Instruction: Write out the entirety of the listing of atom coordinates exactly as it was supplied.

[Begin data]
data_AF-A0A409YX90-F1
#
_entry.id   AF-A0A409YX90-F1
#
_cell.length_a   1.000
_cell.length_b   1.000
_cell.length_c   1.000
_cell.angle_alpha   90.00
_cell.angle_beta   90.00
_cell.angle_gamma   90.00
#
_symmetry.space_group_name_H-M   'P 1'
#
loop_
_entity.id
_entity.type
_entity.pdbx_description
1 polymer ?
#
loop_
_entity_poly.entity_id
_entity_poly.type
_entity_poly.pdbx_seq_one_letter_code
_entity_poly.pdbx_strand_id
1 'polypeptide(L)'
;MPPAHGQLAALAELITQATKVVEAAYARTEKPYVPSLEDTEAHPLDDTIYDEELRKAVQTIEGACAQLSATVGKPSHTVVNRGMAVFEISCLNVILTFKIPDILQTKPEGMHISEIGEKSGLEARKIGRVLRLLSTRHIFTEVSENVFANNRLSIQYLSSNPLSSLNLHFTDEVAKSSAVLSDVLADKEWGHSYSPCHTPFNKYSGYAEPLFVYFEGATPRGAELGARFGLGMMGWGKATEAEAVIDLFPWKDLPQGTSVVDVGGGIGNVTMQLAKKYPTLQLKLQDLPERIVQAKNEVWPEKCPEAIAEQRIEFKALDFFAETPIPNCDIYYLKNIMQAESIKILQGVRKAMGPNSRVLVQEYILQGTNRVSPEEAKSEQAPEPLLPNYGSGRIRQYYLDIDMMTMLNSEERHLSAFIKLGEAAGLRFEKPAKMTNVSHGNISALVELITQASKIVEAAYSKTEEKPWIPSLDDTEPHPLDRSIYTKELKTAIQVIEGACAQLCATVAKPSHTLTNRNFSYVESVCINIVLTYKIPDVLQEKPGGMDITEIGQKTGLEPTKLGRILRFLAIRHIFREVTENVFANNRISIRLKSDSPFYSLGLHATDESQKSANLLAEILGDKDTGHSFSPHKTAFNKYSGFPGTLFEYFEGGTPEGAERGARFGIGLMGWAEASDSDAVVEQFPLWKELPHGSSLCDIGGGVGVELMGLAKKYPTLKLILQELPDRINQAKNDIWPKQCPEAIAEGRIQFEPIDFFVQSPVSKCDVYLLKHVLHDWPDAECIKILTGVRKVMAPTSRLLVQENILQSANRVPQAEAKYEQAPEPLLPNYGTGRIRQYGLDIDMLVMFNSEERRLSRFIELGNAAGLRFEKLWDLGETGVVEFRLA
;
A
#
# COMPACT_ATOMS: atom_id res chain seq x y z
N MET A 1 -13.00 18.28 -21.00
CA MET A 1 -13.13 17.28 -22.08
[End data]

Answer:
data_AF-A0A409YX90-F1
#
_entry.id   AF-A0A409YX90-F1
#
_cell.length_a   1.000
_cell.length_b   1.000
_cell.length_c   1.000
_cell.angle_alpha   90.00
_cell.angle_beta   90.00
_cell.angle_gamma   90.00
#
_symmetry.space_group_name_H-M   'P 1'
#
loop_
_entity.id
_entity.type
_entity.pdbx_description
1 polymer ?
#
loop_
_entity_poly.entity_id
_entity_poly.type
_entity_poly.pdbx_seq_one_letter_code
_entity_poly.pdbx_strand_id
1 'polypeptide(L)'
;MPPAHGQLAALAELITQATKVVEAAYARTEKPYVPSLEDTEAHPLDDTIYDEELRKAVQTIEGACAQLSATVGKPSHTVVNRGMAVFEISCLNVILTFKIPDILQTKPEGMHISEIGEKSGLEARKIGRVLRLLSTRHIFTEVSENVFANNRLSIQYLSSNPLSSLNLHFTDEVAKSSAVLSDVLADKEWGHSYSPCHTPFNKYSGYAEPLFVYFEGATPRGAELGARFGLGMMGWGKATEAEAVIDLFPWKDLPQGTSVVDVGGGIGNVTMQLAKKYPTLQLKLQDLPERIVQAKNEVWPEKCPEAIAEQRIEFKALDFFAETPIPNCDIYYLKNIMQAESIKILQGVRKAMGPNSRVLVQEYILQGTNRVSPEEAKSEQAPEPLLPNYGSGRIRQYYLDIDMMTMLNSEERHLSAFIKLGEAAGLRFEKPAKMTNVSHGNISALVELITQASKIVEAAYSKTEEKPWIPSLDDTEPHPLDRSIYTKELKTAIQVIEGACAQLCATVAKPSHTLTNRNFSYVESVCINIVLTYKIPDVLQEKPGGMDITEIGQKTGLEPTKLGRILRFLAIRHIFREVTENVFANNRISIRLKSDSPFYSLGLHATDESQKSANLLAEILGDKDTGHSFSPHKTAFNKYSGFPGTLFEYFEGGTPEGAERGARFGIGLMGWAEASDSDAVVEQFPLWKELPHGSSLCDIGGGVGVELMGLAKKYPTLKLILQELPDRINQAKNDIWPKQCPEAIAEGRIQFEPIDFFVQSPVSKCDVYLLKHVLHDWPDAECIKILTGVRKVMAPTSRLLVQENILQSANRVPQAEAKYEQAPEPLLPNYGTGRIRQYGLDIDMLVMFNSEERRLSRFIELGNAAGLRFEKLWDLGETGVVEFRLA
;
A
#
# COMPACT_ATOMS: atom_id res chain seq x y z
N MET A 1 -13.00 18.28 -21.00
CA MET A 1 -13.13 17.28 -22.08